Speaking to a State of the District breakfast crowd of more than 270, District Superintendent Dr. Sherry Kropp recently highlighted the people and programs that have resulted in the district being consistently ranked in the top two in Orange County for 20 years.
She began by honoring the district’s Heroes of the Heart, “special people who go above and beyond to make Los Alamitos Unified a great place for students to learn, grow, and thrive.”
The volunteers represented all schools and the district itself and for many years have helped students in ways ranging from being room parents, to leading the PTA, to organizing fund raising to benefit the entire district.
Kropp singled out two Heroes for special recognition.
Ben Penick, a Weaver Elementary volunteer who was recently diagnosed with ALS, “has become even more of a hero by inspiring students to seek ways to help those in need and how they can make a difference in others’ lives,” Kropp said.
The school’s Ambassadors program is supporting groups like the Guardian Angels, who assist those dealing with the impact of ALS.
Kimberly Steward was a district employee and a highly active volunteer at Los Alamitos Elementary until her sudden death in June.
“Words can’t describe the influence Kim had on the LAE community. We miss her,” Kropp said.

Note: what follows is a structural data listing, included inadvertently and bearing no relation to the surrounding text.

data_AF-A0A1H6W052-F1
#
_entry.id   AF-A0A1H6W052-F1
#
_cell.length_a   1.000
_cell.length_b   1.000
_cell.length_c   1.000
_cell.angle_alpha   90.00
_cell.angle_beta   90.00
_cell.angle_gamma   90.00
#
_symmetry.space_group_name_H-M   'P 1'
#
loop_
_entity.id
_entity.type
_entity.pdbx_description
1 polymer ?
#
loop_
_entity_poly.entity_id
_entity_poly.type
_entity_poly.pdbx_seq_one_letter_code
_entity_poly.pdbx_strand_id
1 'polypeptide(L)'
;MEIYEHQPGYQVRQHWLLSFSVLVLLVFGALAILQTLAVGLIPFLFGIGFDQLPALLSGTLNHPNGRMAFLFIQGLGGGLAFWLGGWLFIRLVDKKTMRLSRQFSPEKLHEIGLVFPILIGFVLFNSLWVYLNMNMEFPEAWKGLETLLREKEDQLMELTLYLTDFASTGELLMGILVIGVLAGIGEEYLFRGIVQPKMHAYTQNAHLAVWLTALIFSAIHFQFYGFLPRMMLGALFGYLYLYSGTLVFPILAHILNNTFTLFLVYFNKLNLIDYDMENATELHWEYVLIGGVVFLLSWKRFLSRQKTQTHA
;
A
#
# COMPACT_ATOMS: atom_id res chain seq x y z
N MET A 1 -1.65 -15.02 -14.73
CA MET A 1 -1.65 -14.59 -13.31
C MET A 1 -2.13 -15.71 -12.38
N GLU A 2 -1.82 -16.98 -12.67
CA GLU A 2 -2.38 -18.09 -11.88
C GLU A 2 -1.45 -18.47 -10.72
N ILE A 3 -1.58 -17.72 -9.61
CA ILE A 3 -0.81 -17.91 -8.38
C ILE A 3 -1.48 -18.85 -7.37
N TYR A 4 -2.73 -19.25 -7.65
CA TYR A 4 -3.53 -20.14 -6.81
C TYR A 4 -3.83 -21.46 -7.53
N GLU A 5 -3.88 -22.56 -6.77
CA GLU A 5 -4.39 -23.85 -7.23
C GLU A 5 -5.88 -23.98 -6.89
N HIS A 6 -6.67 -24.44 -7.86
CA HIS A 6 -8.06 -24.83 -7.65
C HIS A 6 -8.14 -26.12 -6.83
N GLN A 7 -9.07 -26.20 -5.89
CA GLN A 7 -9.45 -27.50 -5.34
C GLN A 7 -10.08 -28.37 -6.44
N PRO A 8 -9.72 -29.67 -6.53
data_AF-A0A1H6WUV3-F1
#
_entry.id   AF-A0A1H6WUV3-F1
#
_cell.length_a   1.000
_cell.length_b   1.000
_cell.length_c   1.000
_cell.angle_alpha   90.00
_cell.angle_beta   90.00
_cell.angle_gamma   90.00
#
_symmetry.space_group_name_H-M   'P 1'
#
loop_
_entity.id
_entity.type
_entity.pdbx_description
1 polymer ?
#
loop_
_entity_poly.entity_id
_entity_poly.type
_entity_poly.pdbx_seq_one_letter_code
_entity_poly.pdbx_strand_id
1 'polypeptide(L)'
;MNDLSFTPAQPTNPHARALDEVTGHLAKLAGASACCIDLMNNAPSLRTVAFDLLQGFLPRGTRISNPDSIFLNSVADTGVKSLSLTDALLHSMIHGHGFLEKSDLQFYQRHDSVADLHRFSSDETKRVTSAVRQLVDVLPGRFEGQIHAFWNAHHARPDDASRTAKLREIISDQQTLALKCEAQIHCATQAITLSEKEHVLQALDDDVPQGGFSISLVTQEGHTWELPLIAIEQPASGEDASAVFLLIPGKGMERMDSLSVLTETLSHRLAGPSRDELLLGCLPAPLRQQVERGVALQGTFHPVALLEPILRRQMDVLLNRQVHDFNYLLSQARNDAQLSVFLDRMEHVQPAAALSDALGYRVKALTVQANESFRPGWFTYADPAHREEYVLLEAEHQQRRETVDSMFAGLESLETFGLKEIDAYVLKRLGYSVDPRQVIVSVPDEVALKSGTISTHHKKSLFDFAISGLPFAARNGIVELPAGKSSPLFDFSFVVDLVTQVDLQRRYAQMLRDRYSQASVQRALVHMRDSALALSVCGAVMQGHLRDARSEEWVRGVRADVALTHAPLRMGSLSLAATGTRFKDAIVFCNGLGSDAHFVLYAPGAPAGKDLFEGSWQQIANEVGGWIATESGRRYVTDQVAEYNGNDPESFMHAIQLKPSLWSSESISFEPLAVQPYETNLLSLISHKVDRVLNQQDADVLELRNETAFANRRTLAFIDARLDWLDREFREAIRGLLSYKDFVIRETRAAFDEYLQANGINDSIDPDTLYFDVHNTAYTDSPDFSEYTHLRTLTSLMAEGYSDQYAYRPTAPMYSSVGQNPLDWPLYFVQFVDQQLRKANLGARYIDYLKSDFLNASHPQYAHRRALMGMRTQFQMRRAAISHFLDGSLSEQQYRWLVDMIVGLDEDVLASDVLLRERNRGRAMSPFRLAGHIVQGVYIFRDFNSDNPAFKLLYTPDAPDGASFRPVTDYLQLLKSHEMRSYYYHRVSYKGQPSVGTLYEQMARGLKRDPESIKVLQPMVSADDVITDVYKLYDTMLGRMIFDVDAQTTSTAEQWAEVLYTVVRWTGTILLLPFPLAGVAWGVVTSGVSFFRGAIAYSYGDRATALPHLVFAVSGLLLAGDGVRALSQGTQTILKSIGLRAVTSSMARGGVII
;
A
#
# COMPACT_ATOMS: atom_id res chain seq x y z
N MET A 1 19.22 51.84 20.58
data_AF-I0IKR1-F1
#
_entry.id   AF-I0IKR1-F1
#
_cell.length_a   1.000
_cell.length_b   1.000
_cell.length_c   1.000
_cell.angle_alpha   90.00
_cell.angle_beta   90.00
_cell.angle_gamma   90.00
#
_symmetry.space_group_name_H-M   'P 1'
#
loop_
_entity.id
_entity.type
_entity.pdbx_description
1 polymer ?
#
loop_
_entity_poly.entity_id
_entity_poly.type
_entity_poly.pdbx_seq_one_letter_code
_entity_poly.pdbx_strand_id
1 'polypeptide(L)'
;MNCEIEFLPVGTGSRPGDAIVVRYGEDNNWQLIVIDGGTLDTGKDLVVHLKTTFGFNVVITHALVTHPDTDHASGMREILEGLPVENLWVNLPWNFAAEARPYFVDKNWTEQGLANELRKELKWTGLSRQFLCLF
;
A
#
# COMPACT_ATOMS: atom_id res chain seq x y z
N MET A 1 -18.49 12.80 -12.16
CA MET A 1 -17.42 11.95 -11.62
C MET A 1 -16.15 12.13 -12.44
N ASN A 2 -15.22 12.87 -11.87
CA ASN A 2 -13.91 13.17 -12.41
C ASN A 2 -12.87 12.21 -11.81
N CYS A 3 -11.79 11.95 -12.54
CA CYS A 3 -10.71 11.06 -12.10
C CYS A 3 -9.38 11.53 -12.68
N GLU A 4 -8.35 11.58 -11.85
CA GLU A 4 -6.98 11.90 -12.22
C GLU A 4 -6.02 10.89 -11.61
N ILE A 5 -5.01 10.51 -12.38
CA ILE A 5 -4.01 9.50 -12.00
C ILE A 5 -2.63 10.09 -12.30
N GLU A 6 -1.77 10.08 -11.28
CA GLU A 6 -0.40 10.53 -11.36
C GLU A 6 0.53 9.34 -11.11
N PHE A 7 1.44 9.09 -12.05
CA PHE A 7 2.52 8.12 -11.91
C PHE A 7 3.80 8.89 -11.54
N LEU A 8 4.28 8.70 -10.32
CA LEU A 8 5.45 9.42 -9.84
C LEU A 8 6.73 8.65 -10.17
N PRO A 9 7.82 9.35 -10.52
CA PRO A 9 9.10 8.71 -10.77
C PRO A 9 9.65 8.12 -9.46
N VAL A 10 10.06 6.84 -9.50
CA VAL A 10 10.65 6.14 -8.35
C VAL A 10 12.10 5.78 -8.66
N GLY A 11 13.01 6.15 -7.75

Steward’s husband Dave accepted the honor on her behalf.
Kropp then highlighted the “national caliber results” the district has posted and credited highly skilled teachers and staff, ongoing professional training, targeted intervention for students in need, and a culture of innovation across the district.
In addition to stellar scores on state assessments, Kropp noted some key statistics:
• 76 percent of Los Alamitos High graduates completed University of California admission requirements this year, up 8 percentage points since 2011.
“Students who complete the entrance requirements while in high school,” Kropp said, “are twice as likely to graduate from college.”
While the community celebrates the schools’ great achievements, Kropp said, it is important to recognize great needs ahead, especially at Los Alamitos High.
While all of the other district schools have been modernized, the 50-year-old high school has not.
After three years of studying the issue, the school board decided to put a $97-million bond, Measure G, on the November ballot.